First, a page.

More open trade with China could mean an extra $1 billion in trade a year for Canadian canola producers, according to industry group SaskCanola.
Canola producers in Canada currently trade $2.7 billion with China, with tariffs of about nine per cent on canola seed and five per cent on canola meal, said Janice Thronberg, executive director of SaskCanola.
With renegotiations of the North American Free Trade Agreement underway, she said diversifying Canadian trade partners is important.
“Being able to have more of a transparent process with China, a freer trade, would be certainly helpful,” Thronberg said.
Prime Minister Justin Trudeau had been expected to launch free trade talks during his trade-focused trip to China this week, but those discussions were delayed.
China has expressed concern about Canadian canola carrying a fungus called backleg disease. The country imposed restrictions on imports in 2009, and threatened to increase barriers in 2016 before backing down pending a new agreement on import standards.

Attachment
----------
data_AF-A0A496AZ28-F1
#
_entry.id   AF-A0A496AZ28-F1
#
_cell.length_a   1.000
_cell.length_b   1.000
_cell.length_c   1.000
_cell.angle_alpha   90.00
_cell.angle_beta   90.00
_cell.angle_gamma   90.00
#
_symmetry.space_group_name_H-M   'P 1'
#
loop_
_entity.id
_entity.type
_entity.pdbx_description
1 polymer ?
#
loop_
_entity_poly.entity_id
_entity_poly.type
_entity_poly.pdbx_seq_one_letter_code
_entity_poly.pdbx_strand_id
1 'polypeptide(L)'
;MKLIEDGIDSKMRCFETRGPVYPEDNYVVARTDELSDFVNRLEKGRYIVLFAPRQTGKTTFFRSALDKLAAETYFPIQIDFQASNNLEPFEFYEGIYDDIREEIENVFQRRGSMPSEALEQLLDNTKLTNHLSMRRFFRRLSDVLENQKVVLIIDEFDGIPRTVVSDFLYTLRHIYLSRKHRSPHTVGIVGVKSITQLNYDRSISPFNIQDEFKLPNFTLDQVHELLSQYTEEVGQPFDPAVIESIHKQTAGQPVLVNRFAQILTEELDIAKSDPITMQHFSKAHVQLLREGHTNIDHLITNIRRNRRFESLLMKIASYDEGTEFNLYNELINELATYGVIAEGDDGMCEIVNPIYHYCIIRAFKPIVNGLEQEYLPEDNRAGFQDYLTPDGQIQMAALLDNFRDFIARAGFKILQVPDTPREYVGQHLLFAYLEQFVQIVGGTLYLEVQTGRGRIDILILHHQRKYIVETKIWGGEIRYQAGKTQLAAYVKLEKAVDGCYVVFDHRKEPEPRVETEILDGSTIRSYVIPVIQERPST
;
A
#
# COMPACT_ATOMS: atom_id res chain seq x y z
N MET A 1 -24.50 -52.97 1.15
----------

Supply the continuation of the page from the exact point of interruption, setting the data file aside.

Past and present restrictions levied by China have more to do with politics than science, according to Lixi Jiang, a professor at the Institute of Crop Science at Zhejiang University in China.
“We want to protect our own farmers from importation,” Jiang said. “The Canadian (canola) has relatively good quality and a low price, so I think it is more or less a political question.”
Canadian-grown canola contributes $26.7 billion to the Canadian economy, according to a study released this year by the Canola Council of Canada.